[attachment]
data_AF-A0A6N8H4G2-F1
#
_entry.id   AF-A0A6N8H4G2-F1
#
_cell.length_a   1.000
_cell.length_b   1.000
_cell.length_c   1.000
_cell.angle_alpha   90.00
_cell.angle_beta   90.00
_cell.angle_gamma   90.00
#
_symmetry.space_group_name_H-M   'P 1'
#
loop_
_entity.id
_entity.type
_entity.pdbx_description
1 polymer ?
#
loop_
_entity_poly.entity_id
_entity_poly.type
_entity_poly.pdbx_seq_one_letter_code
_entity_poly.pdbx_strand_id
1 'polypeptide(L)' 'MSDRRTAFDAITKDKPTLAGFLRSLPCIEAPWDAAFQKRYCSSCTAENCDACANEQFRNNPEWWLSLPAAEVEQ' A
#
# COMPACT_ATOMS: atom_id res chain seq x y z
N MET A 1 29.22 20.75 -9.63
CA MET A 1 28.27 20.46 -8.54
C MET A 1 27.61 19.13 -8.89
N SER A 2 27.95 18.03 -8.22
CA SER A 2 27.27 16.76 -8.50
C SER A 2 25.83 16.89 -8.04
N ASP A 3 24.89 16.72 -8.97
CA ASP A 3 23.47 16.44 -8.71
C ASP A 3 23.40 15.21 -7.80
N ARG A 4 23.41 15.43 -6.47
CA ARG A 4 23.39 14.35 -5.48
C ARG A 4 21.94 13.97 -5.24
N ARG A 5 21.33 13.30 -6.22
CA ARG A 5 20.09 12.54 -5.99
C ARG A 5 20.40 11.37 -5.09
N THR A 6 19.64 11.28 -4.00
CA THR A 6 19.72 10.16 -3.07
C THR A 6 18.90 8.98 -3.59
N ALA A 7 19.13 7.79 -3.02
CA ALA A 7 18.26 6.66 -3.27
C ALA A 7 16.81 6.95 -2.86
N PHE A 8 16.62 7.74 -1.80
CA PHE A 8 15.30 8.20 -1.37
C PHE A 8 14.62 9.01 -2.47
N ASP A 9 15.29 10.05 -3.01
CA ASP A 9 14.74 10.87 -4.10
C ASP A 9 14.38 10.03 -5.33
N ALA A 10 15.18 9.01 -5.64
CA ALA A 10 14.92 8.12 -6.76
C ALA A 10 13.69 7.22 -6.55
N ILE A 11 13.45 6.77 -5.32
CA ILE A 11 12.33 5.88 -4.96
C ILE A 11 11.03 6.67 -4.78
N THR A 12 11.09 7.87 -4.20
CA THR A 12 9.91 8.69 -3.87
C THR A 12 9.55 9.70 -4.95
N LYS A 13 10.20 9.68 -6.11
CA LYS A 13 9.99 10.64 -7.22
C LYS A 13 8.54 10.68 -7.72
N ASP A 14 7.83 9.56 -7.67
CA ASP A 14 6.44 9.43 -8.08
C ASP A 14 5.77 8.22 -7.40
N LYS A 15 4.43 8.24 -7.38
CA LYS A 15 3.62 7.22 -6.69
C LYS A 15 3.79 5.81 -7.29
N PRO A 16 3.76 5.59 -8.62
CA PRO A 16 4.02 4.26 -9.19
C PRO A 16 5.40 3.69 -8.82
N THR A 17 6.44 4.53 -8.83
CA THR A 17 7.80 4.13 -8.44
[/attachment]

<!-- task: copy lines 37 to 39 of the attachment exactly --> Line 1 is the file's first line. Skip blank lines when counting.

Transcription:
N ARG A 4 23.41 15.43 -6.47
CA ARG A 4 23.39 14.35 -5.48
C ARG A 4 21.94 13.97 -5.24